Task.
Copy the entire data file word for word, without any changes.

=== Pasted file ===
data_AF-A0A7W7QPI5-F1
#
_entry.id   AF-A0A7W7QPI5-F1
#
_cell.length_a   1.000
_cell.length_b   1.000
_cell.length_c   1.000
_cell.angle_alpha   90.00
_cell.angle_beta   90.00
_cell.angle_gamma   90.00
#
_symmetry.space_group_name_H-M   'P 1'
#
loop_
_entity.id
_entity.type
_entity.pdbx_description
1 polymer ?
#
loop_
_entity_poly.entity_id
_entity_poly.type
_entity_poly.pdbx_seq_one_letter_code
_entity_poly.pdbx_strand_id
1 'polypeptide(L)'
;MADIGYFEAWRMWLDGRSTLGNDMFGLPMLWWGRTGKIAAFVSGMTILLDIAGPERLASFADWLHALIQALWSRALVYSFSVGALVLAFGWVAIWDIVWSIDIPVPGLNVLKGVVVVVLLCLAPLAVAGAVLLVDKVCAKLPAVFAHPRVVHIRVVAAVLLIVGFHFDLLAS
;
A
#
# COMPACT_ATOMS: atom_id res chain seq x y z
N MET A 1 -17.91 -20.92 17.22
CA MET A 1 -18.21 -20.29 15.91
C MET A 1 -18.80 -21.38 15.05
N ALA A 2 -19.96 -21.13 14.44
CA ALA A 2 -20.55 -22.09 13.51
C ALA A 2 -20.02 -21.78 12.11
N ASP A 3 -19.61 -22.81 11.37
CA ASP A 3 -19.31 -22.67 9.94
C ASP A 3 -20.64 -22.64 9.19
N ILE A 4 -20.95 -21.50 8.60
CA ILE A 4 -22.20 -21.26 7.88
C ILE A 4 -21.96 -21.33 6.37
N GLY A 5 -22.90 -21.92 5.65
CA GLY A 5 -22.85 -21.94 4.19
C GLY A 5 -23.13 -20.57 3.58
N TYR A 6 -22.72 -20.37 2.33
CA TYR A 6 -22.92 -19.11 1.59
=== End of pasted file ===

data_AF-A0A7W7QPI5-F1
#
_entry.id   AF-A0A7W7QPI5-F1
#
_cell.length_a   1.000
_cell.length_b   1.000
_cell.length_c   1.000
_cell.angle_alpha   90.00
_cell.angle_beta   90.00
_cell.angle_gamma   90.00
#
_symmetry.space_group_name_H-M   'P 1'
#
loop_
_entity.id
_entity.type
_entity.pdbx_description
1 polymer ?
#
loop_
_entity_poly.entity_id
_entity_poly.type
_entity_poly.pdbx_seq_one_letter_code
_entity_poly.pdbx_strand_id
1 'polypeptide(L)'
;MADIGYFEAWRMWLDGRSTLGNDMFGLPMLWWGRTGKIAAFVSGMTILLDIAGPERLASFADWLHALIQALWSRALVYSFSVGALVLAFGWVAIWDIVWSIDIPVPGLNVLKGVVVVVLLCLAPLAVAGAVLLVDKVCAKLPAVFAHPRVVHIRVVAAVLLIVGFHFDLLAS
;
A
#
# COMPACT_ATOMS: atom_id res chain seq x y z
N MET A 1 -17.91 -20.92 17.22
CA MET A 1 -18.21 -20.29 15.91
C MET A 1 -18.80 -21.38 15.05
N ALA A 2 -19.96 -21.13 14.44
CA ALA A 2 -20.55 -22.09 13.51
C ALA A 2 -20.02 -21.78 12.11
N ASP A 3 -19.61 -22.81 11.37
CA ASP A 3 -19.31 -22.67 9.94
C ASP A 3 -20.64 -22.64 9.19
N ILE A 4 -20.95 -21.50 8.60
CA ILE A 4 -22.20 -21.26 7.88
C ILE A 4 -21.96 -21.33 6.37
N GLY A 5 -22.90 -21.92 5.65
CA GLY A 5 -22.85 -21.94 4.19
C GLY A 5 -23.13 -20.57 3.58
N TYR A 6 -22.72 -20.37 2.33
CA TYR A 6 -22.92 -19.11 1.59